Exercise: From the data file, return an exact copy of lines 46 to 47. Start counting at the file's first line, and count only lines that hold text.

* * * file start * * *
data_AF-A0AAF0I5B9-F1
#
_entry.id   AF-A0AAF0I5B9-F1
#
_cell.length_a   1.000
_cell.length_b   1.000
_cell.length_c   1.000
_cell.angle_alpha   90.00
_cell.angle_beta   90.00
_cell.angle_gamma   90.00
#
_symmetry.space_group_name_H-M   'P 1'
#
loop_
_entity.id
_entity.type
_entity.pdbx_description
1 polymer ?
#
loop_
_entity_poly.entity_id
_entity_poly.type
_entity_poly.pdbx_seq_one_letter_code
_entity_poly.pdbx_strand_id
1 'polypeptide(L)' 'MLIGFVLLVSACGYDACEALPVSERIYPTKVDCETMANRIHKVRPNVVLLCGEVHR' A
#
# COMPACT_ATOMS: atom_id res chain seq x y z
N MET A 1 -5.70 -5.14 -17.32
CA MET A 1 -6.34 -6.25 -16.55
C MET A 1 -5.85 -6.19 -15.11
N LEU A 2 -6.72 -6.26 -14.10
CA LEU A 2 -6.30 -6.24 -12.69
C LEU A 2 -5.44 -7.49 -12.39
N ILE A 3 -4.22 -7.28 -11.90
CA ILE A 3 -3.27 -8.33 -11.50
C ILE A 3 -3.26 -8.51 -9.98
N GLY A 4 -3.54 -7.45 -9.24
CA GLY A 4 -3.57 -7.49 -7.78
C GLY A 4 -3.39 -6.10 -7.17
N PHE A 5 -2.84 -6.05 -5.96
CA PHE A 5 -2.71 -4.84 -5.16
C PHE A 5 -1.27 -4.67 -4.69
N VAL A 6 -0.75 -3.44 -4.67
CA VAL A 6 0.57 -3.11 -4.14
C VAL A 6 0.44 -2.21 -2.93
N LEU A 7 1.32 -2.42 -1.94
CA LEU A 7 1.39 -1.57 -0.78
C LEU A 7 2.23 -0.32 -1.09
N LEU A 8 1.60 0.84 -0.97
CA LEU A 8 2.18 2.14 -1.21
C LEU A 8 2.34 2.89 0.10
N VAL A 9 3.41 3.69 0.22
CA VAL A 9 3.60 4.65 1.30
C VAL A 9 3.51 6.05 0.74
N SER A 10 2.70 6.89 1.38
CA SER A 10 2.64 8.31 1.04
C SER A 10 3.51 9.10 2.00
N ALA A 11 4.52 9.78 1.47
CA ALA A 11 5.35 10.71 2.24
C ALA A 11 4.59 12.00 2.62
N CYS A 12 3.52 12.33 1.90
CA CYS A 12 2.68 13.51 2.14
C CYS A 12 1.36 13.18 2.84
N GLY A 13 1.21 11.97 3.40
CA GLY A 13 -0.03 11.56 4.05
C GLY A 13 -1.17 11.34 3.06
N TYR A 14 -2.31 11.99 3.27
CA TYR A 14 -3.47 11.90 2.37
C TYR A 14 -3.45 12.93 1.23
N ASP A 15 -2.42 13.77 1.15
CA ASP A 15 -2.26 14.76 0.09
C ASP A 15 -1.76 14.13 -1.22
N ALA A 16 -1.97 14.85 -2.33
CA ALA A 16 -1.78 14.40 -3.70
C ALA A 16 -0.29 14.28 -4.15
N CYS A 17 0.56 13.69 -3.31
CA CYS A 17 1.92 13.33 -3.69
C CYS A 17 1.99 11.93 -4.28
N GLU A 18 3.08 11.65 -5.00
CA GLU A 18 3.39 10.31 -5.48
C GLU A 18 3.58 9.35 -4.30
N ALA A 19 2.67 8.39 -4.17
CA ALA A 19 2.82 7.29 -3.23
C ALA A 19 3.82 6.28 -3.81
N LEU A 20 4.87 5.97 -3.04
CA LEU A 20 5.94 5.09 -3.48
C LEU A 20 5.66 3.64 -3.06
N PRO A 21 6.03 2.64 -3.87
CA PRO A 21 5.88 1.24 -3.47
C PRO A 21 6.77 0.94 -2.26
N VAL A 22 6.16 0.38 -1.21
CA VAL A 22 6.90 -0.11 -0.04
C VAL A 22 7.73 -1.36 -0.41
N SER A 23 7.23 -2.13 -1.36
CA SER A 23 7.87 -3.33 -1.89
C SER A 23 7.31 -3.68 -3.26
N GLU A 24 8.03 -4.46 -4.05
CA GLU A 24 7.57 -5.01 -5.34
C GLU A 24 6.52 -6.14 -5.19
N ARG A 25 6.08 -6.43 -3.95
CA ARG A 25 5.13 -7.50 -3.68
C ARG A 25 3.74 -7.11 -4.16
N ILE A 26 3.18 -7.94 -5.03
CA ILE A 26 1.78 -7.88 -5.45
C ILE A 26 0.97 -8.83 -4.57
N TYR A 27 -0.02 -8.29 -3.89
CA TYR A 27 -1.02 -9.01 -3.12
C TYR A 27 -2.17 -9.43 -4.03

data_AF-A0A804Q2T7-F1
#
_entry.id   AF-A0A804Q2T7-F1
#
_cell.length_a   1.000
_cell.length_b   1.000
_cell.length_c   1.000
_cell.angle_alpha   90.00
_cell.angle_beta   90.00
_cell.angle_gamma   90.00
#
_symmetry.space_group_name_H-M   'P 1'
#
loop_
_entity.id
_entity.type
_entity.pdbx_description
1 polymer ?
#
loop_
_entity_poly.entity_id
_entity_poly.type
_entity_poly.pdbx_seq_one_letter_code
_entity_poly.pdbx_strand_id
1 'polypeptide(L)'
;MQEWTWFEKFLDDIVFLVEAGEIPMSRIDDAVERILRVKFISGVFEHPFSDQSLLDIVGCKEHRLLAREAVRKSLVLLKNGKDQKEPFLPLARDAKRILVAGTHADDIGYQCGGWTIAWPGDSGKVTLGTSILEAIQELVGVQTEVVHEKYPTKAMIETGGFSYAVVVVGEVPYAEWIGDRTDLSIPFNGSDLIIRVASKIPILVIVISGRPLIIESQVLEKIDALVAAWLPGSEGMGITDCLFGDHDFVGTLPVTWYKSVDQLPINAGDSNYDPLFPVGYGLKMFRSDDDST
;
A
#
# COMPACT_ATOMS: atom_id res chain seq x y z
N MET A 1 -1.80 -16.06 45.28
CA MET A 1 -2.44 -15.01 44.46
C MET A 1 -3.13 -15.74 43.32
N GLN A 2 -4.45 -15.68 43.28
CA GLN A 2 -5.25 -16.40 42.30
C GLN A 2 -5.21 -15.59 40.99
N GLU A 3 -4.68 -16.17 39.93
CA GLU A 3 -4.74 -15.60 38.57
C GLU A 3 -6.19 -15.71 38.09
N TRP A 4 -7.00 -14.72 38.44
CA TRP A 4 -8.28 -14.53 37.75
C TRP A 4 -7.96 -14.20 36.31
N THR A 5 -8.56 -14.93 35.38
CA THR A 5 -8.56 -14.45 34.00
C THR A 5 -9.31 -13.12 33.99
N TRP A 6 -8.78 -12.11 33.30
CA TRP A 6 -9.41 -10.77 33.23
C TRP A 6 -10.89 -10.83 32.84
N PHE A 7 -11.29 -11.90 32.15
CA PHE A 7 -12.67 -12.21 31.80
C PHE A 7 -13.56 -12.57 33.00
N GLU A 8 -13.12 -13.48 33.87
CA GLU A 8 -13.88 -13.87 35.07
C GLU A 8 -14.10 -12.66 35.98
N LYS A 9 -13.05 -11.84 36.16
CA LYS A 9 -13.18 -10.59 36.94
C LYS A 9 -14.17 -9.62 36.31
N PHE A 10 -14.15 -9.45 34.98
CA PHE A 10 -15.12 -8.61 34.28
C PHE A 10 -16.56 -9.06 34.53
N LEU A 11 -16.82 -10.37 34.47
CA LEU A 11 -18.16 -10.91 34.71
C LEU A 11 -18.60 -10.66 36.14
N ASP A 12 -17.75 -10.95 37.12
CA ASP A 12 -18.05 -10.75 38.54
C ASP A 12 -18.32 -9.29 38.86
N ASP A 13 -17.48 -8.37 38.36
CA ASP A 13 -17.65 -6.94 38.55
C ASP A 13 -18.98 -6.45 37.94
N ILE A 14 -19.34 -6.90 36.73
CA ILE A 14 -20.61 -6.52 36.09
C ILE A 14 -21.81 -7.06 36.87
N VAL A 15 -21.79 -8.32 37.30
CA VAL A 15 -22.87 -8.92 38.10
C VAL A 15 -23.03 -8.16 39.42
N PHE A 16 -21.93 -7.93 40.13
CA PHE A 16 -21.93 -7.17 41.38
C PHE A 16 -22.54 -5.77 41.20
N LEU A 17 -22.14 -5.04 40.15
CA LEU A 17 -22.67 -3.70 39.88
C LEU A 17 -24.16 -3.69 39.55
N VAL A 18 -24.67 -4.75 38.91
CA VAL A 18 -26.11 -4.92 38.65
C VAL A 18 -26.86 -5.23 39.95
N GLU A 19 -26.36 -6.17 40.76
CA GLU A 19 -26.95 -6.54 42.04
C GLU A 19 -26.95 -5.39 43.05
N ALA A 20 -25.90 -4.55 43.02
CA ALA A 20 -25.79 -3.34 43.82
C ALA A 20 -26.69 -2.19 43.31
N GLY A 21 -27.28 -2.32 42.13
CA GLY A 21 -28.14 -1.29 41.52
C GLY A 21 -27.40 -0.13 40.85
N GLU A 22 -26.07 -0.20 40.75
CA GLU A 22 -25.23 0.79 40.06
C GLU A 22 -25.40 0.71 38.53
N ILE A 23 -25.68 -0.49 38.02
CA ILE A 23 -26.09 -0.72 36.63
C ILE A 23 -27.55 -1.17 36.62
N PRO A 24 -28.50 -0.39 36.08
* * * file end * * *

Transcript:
N LEU A 7 1.32 -2.42 -1.94
CA LEU A 7 1.39 -1.57 -0.78